Mercury Music Prize nominee KT Tunstall performed songs from her album, Eye to the Telescope, at London's Open Air Theatre on Sunday.
By Neil Smith
BBC News entertainment reporter
If you have never seen Scottish singer-songwriter KT Tunstall perform live, the effect can be a disconcerting one.
Scottish singer-songwriter Tunstall is currently touring the UK
In the flesh she looks like a slightly elfin busker, carrying a guitar that looks a size too big and she has a shy, self-conscious demeanour.
But by using an effects pedal to create a multi-layered track featuring vocals, yelps and percussion, she transforms into a one-woman army, full to the brim with rootsy swagger.
Having won legions of fans in concert venues up and down the country, this raw and energising talent looked cowed by the "posh" surroundings of London's Open Air Theatre.
"Maybe we should hand out blankets, like they do in business class," she joked.
But she swiftly made the place her own, daring the glowering skies to rain on her feisty, soulful parade.
Admittedly, it would help if she were able to remember her own lyrics instead of collapsing into embarrassed giggles as she did during False Alarm.
And there were times her twee between-songs banter made you wish your seat had a fast-forward button tucked into the armrest.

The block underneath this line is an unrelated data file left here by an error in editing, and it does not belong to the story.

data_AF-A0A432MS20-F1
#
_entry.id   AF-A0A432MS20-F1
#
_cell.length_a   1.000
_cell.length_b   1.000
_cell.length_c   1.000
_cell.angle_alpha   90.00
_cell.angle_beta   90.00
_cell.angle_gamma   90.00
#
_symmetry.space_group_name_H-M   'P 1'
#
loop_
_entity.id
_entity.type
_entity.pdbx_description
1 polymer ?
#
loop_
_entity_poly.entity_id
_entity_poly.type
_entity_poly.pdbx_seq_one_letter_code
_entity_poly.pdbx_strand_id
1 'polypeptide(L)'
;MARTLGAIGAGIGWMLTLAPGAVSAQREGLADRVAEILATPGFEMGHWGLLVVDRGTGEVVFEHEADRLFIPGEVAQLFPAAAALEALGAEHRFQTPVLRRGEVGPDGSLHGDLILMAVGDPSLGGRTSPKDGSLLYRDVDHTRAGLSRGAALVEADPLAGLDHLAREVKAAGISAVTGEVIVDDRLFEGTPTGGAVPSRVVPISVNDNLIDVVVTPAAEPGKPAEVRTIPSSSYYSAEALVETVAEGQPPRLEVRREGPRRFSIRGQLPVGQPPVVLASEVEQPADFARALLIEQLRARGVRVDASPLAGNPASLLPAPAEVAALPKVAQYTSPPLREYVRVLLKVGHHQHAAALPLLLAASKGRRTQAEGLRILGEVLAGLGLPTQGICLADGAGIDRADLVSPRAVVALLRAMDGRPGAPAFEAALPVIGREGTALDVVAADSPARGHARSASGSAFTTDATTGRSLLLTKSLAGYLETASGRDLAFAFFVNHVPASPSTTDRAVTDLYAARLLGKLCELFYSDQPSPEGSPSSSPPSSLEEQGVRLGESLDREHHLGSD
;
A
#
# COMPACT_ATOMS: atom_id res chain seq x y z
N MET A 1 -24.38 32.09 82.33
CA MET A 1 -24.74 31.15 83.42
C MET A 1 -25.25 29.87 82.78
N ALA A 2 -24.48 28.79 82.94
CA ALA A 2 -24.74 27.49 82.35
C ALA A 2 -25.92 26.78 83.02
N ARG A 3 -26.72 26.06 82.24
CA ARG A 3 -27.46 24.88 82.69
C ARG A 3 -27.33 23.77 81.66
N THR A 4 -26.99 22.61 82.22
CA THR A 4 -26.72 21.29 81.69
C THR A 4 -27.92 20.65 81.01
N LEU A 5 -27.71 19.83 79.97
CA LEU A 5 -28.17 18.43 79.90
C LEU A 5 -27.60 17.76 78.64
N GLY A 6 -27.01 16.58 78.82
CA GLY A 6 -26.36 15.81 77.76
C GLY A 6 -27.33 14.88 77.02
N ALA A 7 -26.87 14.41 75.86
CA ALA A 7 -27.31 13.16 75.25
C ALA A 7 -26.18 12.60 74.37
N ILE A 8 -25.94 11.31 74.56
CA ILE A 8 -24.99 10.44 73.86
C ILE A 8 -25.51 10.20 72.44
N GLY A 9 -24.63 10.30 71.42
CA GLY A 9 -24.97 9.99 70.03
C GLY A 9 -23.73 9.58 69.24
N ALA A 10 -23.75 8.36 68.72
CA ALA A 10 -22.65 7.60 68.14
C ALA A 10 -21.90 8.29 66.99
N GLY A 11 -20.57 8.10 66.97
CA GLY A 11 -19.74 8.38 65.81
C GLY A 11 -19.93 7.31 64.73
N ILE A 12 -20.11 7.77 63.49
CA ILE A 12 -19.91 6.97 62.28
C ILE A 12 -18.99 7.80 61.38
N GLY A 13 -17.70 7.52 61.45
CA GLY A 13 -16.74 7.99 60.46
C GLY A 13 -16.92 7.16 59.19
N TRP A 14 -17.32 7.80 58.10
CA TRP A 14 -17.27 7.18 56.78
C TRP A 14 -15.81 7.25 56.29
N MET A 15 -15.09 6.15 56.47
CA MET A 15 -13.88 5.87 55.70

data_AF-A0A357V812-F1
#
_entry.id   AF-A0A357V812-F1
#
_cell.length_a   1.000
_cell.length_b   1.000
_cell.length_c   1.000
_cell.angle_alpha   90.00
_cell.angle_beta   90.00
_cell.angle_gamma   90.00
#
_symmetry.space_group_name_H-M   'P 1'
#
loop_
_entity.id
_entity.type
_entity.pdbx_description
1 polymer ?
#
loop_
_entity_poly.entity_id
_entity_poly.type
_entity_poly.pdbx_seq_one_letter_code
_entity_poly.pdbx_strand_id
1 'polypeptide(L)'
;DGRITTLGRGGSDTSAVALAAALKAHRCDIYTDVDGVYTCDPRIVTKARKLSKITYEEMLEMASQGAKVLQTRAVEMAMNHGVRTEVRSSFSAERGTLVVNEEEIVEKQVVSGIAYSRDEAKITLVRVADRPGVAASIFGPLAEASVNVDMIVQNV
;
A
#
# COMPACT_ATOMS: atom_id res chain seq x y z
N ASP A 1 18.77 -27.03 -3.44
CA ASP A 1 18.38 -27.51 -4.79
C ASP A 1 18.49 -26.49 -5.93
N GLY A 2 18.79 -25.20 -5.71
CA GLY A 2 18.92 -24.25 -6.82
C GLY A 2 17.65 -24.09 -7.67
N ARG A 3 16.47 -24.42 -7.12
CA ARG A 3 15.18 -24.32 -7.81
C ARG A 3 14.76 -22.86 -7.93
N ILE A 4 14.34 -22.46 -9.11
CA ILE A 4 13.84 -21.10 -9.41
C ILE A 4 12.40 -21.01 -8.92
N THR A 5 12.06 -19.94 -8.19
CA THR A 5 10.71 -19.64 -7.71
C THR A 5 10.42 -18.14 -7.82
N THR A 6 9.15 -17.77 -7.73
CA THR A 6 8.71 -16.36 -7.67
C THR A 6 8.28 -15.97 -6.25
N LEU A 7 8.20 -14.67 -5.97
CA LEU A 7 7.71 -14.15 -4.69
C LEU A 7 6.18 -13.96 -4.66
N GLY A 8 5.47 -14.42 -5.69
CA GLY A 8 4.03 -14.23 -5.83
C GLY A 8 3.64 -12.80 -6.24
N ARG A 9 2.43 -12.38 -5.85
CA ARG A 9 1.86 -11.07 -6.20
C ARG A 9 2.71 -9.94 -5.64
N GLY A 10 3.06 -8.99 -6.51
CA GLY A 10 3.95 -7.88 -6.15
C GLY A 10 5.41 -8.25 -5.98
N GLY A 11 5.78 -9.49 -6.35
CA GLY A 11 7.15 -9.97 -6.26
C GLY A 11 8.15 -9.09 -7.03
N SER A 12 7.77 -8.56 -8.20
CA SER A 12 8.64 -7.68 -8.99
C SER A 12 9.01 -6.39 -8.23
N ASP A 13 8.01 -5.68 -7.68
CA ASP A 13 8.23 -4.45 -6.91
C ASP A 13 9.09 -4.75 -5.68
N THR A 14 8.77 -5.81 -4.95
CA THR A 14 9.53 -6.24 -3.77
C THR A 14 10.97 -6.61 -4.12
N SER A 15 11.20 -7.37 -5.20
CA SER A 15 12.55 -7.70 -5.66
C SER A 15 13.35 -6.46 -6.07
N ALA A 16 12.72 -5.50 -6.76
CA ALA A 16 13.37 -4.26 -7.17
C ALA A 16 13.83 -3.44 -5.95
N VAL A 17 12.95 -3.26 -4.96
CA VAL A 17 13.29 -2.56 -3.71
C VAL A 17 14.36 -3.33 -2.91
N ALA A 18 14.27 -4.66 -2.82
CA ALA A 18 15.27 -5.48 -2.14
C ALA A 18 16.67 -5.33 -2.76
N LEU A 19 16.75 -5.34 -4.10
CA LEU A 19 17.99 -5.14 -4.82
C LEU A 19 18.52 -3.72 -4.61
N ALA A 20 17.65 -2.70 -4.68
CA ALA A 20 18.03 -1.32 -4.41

But artful, heartfelt ballads like Under the Weather and Heal Over cast a warm glow not a million miles from the Shakespearean comedies that are more often associated with this locale.
Her Eyes to the Telescope album is nominated for the Mercury Prize
And the throaty gusto with which she performed rockier numbers like Another Place to Fall and Miniature Disasters suggests Kaiser Chiefs have some stiff competition for that prestigious Mercury Prize.
A young audience enjoyed every moment - a good thing since KT was on and off the stage in barely an hour.
That said, they did need encouragement to stand up for her next single Suddenly I See - performed, as Tunstall proudly told us, on Top of the Pops earlier that evening.
Her debut release Black Horse and the Cherry Tree remains her strongest tune - which made its placement in the middle of her set rather than at the end hard to fathom.
Still, it is clear KT is going places. Brecon to be precise, where she heads on Monday to close its 22nd annual jazz festival.